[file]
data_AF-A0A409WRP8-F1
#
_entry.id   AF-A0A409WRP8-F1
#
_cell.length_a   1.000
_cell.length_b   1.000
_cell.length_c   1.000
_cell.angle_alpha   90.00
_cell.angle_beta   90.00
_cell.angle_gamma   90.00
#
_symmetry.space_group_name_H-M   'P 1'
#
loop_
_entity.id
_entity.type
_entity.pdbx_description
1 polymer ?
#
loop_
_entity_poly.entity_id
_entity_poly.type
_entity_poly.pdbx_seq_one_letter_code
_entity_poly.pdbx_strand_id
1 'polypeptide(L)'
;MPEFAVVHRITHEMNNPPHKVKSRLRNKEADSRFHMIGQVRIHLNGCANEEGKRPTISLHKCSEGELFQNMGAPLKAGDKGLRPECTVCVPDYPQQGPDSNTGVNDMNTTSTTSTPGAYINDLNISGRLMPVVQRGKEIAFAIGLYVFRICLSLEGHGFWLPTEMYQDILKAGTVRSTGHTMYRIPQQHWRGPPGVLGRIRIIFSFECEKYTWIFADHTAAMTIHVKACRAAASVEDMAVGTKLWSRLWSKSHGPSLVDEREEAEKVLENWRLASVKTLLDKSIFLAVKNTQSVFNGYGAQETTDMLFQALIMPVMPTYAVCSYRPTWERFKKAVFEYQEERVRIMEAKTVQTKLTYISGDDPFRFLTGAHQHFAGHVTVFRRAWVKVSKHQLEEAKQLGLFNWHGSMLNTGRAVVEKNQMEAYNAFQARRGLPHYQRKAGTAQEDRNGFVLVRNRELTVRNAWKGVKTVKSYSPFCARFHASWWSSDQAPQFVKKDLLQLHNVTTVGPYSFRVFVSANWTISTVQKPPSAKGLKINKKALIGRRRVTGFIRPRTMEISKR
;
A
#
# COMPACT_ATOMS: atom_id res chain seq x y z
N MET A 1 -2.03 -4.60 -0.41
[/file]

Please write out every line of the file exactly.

data_AF-A0A409WRP8-F1
#
_entry.id   AF-A0A409WRP8-F1
#
_cell.length_a   1.000
_cell.length_b   1.000
_cell.length_c   1.000
_cell.angle_alpha   90.00
_cell.angle_beta   90.00
_cell.angle_gamma   90.00
#
_symmetry.space_group_name_H-M   'P 1'
#
loop_
_entity.id
_entity.type
_entity.pdbx_description
1 polymer ?
#
loop_
_entity_poly.entity_id
_entity_poly.type
_entity_poly.pdbx_seq_one_letter_code
_entity_poly.pdbx_strand_id
1 'polypeptide(L)'
;MPEFAVVHRITHEMNNPPHKVKSRLRNKEADSRFHMIGQVRIHLNGCANEEGKRPTISLHKCSEGELFQNMGAPLKAGDKGLRPECTVCVPDYPQQGPDSNTGVNDMNTTSTTSTPGAYINDLNISGRLMPVVQRGKEIAFAIGLYVFRICLSLEGHGFWLPTEMYQDILKAGTVRSTGHTMYRIPQQHWRGPPGVLGRIRIIFSFECEKYTWIFADHTAAMTIHVKACRAAASVEDMAVGTKLWSRLWSKSHGPSLVDEREEAEKVLENWRLASVKTLLDKSIFLAVKNTQSVFNGYGAQETTDMLFQALIMPVMPTYAVCSYRPTWERFKKAVFEYQEERVRIMEAKTVQTKLTYISGDDPFRFLTGAHQHFAGHVTVFRRAWVKVSKHQLEEAKQLGLFNWHGSMLNTGRAVVEKNQMEAYNAFQARRGLPHYQRKAGTAQEDRNGFVLVRNRELTVRNAWKGVKTVKSYSPFCARFHASWWSSDQAPQFVKKDLLQLHNVTTVGPYSFRVFVSANWTISTVQKPPSAKGLKINKKALIGRRRVTGFIRPRTMEISKR
;
A
#
# COMPACT_ATOMS: atom_id res chain seq x y z
N MET A 1 -2.03 -4.60 -0.41